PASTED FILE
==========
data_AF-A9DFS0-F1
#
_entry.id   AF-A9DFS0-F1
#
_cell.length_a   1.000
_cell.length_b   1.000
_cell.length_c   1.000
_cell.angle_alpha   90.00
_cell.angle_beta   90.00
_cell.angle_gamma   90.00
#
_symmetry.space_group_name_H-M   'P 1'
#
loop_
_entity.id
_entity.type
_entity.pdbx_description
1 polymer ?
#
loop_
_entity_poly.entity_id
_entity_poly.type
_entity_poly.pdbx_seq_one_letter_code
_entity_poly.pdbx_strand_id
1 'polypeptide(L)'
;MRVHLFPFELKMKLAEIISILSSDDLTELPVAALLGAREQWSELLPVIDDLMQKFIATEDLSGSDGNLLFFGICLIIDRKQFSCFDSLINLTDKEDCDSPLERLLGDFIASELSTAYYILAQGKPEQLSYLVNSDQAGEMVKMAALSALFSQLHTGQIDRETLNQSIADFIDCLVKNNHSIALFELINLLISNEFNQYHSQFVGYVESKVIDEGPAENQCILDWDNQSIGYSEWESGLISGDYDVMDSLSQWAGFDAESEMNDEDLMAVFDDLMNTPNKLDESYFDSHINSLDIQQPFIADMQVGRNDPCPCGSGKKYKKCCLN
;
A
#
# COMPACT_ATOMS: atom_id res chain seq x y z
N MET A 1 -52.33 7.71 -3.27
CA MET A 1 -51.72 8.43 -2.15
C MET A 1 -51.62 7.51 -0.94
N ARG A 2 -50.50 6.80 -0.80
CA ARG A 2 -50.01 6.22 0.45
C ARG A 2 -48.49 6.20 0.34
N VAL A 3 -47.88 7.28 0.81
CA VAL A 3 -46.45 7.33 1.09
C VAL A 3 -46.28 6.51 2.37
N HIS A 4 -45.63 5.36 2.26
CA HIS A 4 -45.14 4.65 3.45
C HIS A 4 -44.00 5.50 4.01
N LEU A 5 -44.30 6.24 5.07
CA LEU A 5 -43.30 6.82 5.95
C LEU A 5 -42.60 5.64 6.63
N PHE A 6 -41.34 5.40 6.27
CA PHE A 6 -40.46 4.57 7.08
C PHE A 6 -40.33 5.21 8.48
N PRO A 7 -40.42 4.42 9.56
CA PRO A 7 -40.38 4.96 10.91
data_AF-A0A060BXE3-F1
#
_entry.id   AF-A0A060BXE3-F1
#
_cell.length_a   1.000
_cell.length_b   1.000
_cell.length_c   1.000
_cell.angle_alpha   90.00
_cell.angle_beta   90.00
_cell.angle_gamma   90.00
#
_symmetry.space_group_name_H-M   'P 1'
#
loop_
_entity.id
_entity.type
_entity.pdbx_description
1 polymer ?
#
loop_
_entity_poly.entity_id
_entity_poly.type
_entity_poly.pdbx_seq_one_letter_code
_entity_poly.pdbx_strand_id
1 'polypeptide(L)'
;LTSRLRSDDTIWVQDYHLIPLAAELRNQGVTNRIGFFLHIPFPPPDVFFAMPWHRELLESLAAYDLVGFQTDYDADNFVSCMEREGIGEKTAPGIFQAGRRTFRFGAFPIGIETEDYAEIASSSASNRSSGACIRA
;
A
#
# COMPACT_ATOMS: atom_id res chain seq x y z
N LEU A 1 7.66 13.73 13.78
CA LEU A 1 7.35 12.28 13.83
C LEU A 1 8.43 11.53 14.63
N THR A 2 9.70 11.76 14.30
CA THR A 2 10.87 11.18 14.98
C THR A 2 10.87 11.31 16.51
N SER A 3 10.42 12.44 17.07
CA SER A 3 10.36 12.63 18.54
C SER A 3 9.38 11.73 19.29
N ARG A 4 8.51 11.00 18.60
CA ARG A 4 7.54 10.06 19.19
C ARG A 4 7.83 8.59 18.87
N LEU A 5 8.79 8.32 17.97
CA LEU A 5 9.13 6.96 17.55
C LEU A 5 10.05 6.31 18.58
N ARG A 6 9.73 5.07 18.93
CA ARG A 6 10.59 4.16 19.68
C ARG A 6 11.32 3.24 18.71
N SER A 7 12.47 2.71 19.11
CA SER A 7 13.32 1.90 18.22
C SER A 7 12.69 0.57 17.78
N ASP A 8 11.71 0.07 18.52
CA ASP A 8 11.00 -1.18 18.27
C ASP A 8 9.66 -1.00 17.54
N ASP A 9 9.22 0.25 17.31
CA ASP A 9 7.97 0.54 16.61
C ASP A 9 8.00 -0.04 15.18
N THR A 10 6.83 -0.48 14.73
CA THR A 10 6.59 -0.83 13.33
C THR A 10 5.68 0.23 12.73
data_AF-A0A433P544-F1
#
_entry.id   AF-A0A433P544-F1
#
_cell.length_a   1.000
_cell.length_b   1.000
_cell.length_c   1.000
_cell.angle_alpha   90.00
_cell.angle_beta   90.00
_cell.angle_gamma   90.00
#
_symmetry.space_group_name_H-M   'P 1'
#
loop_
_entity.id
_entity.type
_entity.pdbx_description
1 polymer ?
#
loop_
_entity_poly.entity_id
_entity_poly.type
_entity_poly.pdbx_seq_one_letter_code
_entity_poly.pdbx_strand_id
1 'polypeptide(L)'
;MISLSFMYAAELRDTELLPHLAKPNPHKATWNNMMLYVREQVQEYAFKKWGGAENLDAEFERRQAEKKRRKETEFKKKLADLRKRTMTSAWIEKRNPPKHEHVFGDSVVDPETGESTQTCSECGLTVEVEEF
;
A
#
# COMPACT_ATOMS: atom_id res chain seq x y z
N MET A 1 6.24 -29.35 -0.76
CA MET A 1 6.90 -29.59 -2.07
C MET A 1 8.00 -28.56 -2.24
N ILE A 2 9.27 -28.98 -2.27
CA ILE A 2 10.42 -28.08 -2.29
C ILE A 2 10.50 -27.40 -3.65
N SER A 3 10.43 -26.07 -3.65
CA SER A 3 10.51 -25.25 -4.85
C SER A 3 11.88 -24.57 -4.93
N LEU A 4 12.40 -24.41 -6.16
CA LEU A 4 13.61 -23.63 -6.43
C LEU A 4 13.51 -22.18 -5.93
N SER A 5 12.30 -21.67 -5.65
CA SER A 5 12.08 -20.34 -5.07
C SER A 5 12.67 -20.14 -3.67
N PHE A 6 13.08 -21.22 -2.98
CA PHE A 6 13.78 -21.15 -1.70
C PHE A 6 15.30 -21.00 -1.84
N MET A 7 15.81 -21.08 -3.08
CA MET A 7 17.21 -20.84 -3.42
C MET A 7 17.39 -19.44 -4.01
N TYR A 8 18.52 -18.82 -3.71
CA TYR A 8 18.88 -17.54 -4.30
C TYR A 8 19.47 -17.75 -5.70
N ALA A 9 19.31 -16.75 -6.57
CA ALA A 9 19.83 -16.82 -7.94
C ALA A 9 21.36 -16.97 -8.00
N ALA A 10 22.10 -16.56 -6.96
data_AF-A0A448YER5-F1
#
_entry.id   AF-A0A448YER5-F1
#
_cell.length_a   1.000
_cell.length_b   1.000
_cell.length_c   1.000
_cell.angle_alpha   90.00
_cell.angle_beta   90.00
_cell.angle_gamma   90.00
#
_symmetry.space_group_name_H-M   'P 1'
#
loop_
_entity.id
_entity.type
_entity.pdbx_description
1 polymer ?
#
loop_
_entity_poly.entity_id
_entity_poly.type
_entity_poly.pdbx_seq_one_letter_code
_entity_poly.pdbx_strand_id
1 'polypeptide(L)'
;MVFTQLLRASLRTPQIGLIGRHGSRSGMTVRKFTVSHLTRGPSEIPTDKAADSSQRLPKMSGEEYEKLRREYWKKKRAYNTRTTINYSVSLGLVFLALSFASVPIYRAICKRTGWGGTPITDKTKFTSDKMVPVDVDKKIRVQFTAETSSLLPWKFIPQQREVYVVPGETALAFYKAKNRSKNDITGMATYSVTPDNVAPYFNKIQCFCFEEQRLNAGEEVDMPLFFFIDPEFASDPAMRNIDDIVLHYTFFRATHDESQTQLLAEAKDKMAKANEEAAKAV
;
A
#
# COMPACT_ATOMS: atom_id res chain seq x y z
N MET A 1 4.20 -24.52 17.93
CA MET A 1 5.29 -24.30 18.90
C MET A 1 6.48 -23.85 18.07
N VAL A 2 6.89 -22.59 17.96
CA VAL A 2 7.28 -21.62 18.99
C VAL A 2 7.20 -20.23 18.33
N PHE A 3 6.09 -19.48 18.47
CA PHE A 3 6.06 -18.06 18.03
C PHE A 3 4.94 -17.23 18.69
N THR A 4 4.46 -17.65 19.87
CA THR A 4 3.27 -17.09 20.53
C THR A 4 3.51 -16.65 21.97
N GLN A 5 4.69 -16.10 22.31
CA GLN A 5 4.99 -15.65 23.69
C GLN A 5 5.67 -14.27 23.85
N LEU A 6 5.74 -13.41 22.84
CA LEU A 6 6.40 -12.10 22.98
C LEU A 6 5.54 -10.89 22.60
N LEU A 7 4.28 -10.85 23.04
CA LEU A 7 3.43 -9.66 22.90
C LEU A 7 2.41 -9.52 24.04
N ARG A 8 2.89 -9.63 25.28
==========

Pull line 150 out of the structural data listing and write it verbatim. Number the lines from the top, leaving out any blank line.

N LEU A 4 12.40 -24.41 -6.16